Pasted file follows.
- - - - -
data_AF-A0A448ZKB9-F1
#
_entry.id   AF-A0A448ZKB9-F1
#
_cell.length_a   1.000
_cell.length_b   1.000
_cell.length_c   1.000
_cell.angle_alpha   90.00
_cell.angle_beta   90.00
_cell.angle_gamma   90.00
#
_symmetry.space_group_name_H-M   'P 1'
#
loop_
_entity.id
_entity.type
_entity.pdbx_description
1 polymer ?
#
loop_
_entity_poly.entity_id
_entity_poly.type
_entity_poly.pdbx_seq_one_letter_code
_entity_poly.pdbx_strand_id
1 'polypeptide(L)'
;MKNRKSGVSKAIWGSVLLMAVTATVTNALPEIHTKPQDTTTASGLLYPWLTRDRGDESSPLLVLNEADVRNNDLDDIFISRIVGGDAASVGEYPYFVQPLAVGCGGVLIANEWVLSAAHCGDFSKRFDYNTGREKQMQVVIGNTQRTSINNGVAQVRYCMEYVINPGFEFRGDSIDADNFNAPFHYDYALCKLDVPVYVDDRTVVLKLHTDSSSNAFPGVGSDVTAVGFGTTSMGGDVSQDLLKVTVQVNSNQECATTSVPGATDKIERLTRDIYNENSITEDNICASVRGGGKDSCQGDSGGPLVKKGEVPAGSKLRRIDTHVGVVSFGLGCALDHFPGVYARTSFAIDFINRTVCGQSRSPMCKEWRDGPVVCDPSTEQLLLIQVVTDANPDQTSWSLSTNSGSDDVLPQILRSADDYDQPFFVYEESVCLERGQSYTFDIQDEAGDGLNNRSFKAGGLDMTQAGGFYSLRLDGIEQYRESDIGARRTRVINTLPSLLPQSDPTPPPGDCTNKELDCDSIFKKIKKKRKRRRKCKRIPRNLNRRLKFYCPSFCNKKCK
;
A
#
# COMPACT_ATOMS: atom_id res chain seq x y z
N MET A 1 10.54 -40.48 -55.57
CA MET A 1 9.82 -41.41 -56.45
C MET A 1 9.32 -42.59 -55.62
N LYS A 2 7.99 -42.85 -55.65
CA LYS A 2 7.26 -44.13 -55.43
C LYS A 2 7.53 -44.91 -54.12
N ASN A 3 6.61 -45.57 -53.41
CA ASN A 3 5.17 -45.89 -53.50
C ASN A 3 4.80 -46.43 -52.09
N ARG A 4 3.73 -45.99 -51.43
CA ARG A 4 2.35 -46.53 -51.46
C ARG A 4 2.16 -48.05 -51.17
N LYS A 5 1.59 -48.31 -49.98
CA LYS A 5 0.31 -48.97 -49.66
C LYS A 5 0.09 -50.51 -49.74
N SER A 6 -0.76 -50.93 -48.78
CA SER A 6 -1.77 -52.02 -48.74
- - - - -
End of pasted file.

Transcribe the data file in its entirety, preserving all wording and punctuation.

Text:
data_AF-A0A448ZKB9-F1
#
_entry.id   AF-A0A448ZKB9-F1
#
_cell.length_a   1.000
_cell.length_b   1.000
_cell.length_c   1.000
_cell.angle_alpha   90.00
_cell.angle_beta   90.00
_cell.angle_gamma   90.00
#
_symmetry.space_group_name_H-M   'P 1'
#
loop_
_entity.id
_entity.type
_entity.pdbx_description
1 polymer ?
#
loop_
_entity_poly.entity_id
_entity_poly.type
_entity_poly.pdbx_seq_one_letter_code
_entity_poly.pdbx_strand_id
1 'polypeptide(L)'
;MKNRKSGVSKAIWGSVLLMAVTATVTNALPEIHTKPQDTTTASGLLYPWLTRDRGDESSPLLVLNEADVRNNDLDDIFISRIVGGDAASVGEYPYFVQPLAVGCGGVLIANEWVLSAAHCGDFSKRFDYNTGREKQMQVVIGNTQRTSINNGVAQVRYCMEYVINPGFEFRGDSIDADNFNAPFHYDYALCKLDVPVYVDDRTVVLKLHTDSSSNAFPGVGSDVTAVGFGTTSMGGDVSQDLLKVTVQVNSNQECATTSVPGATDKIERLTRDIYNENSITEDNICASVRGGGKDSCQGDSGGPLVKKGEVPAGSKLRRIDTHVGVVSFGLGCALDHFPGVYARTSFAIDFINRTVCGQSRSPMCKEWRDGPVVCDPSTEQLLLIQVVTDANPDQTSWSLSTNSGSDDVLPQILRSADDYDQPFFVYEESVCLERGQSYTFDIQDEAGDGLNNRSFKAGGLDMTQAGGFYSLRLDGIEQYRESDIGARRTRVINTLPSLLPQSDPTPPPGDCTNKELDCDSIFKKIKKKRKRRRKCKRIPRNLNRRLKFYCPSFCNKKCK
;
A
#
# COMPACT_ATOMS: atom_id res chain seq x y z
N MET A 1 10.54 -40.48 -55.57
CA MET A 1 9.82 -41.41 -56.45
C MET A 1 9.32 -42.59 -55.62
N LYS A 2 7.99 -42.85 -55.65
CA LYS A 2 7.26 -44.13 -55.43
C LYS A 2 7.53 -44.91 -54.12
N ASN A 3 6.61 -45.57 -53.41
CA ASN A 3 5.17 -45.89 -53.50
C ASN A 3 4.80 -46.43 -52.09
N ARG A 4 3.73 -45.99 -51.43
CA ARG A 4 2.35 -46.53 -51.46
C ARG A 4 2.16 -48.05 -51.17
N LYS A 5 1.59 -48.31 -49.98
CA LYS A 5 0.31 -48.97 -49.66
C LYS A 5 0.09 -50.51 -49.74
N SER A 6 -0.76 -50.93 -48.78
CA SER A 6 -1.77 -52.02 -48.74